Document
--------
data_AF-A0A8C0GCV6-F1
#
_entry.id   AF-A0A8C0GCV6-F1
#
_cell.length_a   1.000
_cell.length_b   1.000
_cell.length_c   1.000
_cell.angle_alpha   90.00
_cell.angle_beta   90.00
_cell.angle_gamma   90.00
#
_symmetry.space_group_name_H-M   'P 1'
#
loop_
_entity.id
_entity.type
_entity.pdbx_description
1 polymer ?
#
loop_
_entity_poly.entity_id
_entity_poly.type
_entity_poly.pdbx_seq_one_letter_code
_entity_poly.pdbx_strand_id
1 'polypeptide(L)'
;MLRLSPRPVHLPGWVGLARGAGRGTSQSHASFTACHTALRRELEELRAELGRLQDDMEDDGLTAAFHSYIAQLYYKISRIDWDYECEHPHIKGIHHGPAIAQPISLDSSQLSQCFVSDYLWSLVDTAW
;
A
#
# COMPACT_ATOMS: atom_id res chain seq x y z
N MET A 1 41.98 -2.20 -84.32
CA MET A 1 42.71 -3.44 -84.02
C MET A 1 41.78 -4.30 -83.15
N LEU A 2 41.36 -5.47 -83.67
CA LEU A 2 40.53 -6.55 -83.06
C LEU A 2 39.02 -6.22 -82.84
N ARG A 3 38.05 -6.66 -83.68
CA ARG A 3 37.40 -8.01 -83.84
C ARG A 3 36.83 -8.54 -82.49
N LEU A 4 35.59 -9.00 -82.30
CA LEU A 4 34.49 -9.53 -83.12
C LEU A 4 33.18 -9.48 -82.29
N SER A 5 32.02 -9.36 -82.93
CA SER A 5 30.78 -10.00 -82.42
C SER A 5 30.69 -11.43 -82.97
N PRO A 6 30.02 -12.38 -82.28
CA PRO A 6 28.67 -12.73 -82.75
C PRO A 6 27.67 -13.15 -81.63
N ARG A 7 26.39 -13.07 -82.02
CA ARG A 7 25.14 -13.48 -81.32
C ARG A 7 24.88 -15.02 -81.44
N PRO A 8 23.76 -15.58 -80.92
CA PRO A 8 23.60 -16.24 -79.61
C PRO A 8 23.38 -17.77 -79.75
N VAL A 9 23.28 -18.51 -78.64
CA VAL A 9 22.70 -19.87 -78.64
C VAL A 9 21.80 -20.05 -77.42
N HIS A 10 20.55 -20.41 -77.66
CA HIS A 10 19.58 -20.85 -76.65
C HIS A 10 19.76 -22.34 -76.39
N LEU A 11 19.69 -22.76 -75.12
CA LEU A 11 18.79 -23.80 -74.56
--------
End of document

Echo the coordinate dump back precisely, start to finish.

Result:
data_AF-A0A8C0GCV6-F1
#
_entry.id   AF-A0A8C0GCV6-F1
#
_cell.length_a   1.000
_cell.length_b   1.000
_cell.length_c   1.000
_cell.angle_alpha   90.00
_cell.angle_beta   90.00
_cell.angle_gamma   90.00
#
_symmetry.space_group_name_H-M   'P 1'
#
loop_
_entity.id
_entity.type
_entity.pdbx_description
1 polymer ?
#
loop_
_entity_poly.entity_id
_entity_poly.type
_entity_poly.pdbx_seq_one_letter_code
_entity_poly.pdbx_strand_id
1 'polypeptide(L)'
;MLRLSPRPVHLPGWVGLARGAGRGTSQSHASFTACHTALRRELEELRAELGRLQDDMEDDGLTAAFHSYIAQLYYKISRIDWDYECEHPHIKGIHHGPAIAQPISLDSSQLSQCFVSDYLWSLVDTAW
;
A
#
# COMPACT_ATOMS: atom_id res chain seq x y z
N MET A 1 41.98 -2.20 -84.32
CA MET A 1 42.71 -3.44 -84.02
C MET A 1 41.78 -4.30 -83.15
N LEU A 2 41.36 -5.47 -83.67
CA LEU A 2 40.53 -6.55 -83.06
C LEU A 2 39.02 -6.22 -82.84
N ARG A 3 38.05 -6.66 -83.68
CA ARG A 3 37.40 -8.01 -83.84
C ARG A 3 36.83 -8.54 -82.49
N LEU A 4 35.59 -9.00 -82.30
CA LEU A 4 34.49 -9.53 -83.12
C LEU A 4 33.18 -9.48 -82.29
N SER A 5 32.02 -9.36 -82.93
CA SER A 5 30.78 -10.00 -82.42
C SER A 5 30.69 -11.43 -82.97
N PRO A 6 30.02 -12.38 -82.28
CA PRO A 6 28.67 -12.73 -82.75
C PRO A 6 27.67 -13.15 -81.63
N ARG A 7 26.39 -13.07 -82.02
CA ARG A 7 25.14 -13.48 -81.32
C ARG A 7 24.88 -15.02 -81.44
N PRO A 8 23.76 -15.58 -80.92
CA PRO A 8 23.60 -16.24 -79.61
C PRO A 8 23.38 -17.77 -79.75
N VAL A 9 23.28 -18.51 -78.64
CA VAL A 9 22.70 -19.87 -78.64
C VAL A 9 21.80 -20.05 -77.42
N HIS A 10 20.55 -20.41 -77.66
CA HIS A 10 19.58 -20.85 -76.65
C HIS A 10 19.76 -22.34 -76.39
N LEU A 11 19.69 -22.76 -75.12
CA LEU A 11 18.79 -23.80 -74.56